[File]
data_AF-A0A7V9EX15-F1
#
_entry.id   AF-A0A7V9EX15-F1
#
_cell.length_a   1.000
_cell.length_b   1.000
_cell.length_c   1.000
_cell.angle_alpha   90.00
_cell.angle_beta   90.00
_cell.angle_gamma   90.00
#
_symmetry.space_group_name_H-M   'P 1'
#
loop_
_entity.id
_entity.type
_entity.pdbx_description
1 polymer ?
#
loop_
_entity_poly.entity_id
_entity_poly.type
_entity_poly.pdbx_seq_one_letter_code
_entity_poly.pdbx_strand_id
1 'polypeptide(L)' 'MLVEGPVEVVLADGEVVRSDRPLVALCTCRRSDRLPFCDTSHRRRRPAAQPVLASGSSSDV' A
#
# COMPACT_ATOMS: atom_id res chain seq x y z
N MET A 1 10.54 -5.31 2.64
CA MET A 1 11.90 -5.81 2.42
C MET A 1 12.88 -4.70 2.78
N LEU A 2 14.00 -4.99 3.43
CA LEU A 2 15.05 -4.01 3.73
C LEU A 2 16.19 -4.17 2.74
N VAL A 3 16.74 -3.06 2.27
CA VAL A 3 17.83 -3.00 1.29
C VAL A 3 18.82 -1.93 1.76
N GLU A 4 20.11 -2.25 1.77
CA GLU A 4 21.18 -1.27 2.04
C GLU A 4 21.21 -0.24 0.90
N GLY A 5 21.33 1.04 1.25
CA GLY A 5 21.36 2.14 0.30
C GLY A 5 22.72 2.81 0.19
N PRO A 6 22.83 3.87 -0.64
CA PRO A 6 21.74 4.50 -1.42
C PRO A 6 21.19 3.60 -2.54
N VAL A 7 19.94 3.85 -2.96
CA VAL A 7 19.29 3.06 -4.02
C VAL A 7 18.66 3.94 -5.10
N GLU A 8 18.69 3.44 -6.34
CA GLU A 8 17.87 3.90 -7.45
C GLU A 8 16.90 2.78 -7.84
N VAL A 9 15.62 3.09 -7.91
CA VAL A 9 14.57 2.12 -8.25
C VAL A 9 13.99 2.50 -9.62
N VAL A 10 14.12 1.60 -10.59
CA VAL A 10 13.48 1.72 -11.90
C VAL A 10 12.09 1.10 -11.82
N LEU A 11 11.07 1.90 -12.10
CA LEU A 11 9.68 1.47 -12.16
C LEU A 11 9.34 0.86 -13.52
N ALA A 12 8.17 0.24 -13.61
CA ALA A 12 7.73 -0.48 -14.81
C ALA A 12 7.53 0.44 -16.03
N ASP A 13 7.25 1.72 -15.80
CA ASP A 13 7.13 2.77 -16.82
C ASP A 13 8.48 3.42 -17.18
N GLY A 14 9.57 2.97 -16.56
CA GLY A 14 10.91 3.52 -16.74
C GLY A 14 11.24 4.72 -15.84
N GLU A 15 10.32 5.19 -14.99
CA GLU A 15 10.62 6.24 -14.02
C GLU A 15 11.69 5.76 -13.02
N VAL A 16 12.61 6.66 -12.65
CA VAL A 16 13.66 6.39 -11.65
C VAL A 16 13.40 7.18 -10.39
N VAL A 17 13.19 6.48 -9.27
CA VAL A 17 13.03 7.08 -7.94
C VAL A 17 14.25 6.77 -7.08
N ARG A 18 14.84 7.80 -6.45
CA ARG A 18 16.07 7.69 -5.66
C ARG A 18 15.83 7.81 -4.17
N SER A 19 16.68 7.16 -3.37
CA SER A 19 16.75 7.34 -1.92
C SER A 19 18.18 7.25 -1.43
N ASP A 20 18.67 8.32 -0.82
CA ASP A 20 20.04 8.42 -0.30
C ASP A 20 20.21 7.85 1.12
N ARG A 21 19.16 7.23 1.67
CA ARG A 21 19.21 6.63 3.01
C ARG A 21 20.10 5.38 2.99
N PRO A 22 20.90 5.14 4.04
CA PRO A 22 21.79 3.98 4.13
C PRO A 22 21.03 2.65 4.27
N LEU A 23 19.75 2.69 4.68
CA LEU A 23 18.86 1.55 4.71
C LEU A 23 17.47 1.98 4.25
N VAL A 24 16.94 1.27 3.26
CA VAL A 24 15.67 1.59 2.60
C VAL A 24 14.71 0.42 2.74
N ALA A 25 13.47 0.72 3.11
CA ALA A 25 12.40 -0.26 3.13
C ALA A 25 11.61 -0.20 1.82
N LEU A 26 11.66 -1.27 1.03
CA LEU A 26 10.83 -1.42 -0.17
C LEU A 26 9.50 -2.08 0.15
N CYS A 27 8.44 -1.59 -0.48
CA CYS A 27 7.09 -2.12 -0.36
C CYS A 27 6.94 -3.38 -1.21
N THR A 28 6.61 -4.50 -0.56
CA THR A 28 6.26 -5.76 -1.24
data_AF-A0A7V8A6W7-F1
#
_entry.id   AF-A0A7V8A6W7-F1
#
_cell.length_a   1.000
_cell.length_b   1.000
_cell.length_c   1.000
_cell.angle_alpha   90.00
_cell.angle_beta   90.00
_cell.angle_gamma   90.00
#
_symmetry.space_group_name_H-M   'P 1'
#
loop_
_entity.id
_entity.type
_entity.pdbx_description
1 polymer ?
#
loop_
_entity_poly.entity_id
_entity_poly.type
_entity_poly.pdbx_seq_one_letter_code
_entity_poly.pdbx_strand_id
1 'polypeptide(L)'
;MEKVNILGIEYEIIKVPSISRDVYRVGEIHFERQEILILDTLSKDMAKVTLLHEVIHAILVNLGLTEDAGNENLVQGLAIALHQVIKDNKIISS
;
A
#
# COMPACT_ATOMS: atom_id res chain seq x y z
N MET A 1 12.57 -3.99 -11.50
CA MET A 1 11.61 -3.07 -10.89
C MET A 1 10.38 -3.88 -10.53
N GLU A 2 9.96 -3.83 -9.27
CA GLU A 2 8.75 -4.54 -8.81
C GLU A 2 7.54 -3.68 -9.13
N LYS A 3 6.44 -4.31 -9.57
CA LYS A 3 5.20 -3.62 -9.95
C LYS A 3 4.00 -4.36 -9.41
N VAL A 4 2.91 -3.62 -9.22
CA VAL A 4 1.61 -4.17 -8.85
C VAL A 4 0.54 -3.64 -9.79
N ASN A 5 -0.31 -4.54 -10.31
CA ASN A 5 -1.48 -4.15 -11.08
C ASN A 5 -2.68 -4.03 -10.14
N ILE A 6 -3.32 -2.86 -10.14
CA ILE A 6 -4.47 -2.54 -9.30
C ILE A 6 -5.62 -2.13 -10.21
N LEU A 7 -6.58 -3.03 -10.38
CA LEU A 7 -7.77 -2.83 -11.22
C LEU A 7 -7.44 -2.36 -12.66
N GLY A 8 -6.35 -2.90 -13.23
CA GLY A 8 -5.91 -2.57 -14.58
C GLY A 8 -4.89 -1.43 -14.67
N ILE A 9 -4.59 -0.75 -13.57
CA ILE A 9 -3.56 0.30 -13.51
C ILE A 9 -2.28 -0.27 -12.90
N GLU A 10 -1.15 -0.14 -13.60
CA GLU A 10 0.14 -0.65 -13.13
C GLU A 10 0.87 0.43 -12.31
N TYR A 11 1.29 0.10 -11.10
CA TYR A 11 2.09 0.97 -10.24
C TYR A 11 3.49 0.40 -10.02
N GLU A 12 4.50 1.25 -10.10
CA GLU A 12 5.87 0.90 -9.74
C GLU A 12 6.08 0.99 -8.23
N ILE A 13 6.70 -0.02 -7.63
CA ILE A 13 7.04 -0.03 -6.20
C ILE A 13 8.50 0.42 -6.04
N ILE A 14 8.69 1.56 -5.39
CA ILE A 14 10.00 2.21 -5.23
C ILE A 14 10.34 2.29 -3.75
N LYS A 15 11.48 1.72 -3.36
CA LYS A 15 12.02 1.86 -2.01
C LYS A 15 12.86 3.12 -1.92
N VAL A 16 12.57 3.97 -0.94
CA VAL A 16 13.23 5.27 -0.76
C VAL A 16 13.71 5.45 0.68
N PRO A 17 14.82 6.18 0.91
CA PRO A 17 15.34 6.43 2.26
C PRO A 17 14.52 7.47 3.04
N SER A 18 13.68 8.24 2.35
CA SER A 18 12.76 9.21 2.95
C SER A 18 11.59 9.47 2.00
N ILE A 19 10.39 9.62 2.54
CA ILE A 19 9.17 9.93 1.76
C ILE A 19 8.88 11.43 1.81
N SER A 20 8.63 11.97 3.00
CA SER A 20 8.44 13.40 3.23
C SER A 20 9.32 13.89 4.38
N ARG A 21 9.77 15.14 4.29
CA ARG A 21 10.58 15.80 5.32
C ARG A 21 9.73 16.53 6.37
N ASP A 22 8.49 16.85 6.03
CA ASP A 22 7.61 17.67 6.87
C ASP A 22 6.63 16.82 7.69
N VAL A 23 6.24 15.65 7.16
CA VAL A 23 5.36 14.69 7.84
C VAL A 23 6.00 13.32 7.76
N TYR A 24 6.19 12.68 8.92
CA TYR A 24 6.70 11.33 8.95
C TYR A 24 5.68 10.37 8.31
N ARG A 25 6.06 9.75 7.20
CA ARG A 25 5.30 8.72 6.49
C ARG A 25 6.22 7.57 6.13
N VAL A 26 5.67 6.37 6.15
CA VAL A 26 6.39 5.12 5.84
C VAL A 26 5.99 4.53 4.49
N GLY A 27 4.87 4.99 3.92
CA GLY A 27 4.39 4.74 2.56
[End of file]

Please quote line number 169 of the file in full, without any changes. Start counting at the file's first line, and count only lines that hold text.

CA GLU A 10 0.14 -0.65 -13.13